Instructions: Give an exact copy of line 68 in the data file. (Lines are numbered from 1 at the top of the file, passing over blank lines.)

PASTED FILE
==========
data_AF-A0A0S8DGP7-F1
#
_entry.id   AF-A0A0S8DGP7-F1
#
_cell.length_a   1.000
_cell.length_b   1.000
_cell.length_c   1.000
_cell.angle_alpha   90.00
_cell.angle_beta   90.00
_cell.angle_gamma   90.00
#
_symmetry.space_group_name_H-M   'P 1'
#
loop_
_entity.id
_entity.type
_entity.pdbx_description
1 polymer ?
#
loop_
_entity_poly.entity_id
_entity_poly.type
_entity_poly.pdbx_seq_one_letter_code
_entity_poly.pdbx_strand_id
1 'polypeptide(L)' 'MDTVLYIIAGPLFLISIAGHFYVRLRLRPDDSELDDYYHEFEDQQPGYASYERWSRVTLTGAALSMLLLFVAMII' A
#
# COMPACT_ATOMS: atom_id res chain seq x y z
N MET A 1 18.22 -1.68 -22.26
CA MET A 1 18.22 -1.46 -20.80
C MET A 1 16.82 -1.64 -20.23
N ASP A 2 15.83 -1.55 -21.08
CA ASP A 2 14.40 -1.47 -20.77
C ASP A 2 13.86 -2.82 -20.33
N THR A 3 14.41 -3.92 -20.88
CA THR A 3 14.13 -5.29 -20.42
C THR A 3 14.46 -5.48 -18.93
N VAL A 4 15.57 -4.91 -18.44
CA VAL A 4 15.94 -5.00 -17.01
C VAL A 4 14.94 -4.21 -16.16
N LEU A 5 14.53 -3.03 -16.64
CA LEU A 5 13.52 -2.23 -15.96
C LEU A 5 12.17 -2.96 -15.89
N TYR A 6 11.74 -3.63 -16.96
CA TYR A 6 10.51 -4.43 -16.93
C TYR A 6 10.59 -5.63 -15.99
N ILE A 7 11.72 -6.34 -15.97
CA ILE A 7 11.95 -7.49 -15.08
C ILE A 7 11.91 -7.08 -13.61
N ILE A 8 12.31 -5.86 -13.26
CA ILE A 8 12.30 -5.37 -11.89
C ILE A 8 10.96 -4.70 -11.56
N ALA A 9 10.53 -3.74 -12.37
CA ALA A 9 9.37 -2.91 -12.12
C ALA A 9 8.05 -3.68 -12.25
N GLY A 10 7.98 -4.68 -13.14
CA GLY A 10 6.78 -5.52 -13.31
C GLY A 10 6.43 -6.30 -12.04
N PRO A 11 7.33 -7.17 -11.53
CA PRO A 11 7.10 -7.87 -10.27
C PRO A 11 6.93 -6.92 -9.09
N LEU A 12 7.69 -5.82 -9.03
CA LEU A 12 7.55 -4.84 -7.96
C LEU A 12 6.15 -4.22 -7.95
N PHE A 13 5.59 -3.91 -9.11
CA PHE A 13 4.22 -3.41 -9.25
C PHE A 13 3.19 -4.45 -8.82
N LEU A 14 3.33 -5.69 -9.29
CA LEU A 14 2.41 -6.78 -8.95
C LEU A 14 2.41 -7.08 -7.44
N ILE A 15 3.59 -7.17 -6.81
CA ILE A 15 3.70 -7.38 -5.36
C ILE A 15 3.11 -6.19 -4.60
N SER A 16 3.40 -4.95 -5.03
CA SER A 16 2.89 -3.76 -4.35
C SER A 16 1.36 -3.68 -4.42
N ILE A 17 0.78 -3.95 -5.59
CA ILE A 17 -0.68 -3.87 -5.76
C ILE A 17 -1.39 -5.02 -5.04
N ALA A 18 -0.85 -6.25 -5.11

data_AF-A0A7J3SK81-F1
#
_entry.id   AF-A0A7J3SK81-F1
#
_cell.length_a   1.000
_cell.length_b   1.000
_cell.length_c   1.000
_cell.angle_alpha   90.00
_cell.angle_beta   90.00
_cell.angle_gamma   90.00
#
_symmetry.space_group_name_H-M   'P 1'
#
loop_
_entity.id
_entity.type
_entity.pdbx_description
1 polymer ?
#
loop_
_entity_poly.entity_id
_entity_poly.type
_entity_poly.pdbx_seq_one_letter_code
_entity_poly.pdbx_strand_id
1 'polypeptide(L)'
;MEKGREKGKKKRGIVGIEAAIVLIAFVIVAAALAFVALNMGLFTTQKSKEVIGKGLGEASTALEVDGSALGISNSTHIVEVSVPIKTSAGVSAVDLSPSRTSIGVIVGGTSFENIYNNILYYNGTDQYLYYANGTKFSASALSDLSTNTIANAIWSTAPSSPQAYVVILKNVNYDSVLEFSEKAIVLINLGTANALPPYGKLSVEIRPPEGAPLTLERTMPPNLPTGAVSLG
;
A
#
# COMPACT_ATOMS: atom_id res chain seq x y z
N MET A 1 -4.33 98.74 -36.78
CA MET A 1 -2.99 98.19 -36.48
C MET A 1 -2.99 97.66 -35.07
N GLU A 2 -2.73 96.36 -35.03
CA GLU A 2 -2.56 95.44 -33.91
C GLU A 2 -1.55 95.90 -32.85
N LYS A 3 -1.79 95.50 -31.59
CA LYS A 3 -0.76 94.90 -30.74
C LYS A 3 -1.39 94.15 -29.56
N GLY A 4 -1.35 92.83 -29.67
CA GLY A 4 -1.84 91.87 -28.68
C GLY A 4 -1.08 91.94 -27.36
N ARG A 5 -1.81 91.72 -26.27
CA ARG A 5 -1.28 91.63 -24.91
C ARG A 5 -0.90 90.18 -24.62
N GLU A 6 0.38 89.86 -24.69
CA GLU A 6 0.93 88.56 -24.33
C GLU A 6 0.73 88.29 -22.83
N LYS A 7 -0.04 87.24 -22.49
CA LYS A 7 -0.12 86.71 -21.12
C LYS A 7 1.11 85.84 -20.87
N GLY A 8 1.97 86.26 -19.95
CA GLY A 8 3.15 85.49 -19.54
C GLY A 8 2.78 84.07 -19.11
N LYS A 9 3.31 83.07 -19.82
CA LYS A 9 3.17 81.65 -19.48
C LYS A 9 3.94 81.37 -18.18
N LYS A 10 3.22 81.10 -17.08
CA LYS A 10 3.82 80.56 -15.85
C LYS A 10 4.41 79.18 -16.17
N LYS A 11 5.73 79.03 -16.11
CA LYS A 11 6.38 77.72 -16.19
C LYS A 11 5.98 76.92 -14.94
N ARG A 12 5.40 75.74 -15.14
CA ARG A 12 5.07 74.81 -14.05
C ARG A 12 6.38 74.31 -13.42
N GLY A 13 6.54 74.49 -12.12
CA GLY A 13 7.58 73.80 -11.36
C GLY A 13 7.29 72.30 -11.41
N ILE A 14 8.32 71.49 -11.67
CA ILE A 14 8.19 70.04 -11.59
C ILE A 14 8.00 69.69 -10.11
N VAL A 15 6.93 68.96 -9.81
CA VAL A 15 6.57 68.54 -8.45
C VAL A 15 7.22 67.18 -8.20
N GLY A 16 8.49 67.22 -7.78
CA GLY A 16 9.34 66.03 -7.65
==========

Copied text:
CA LEU A 14 2.41 -6.78 -8.95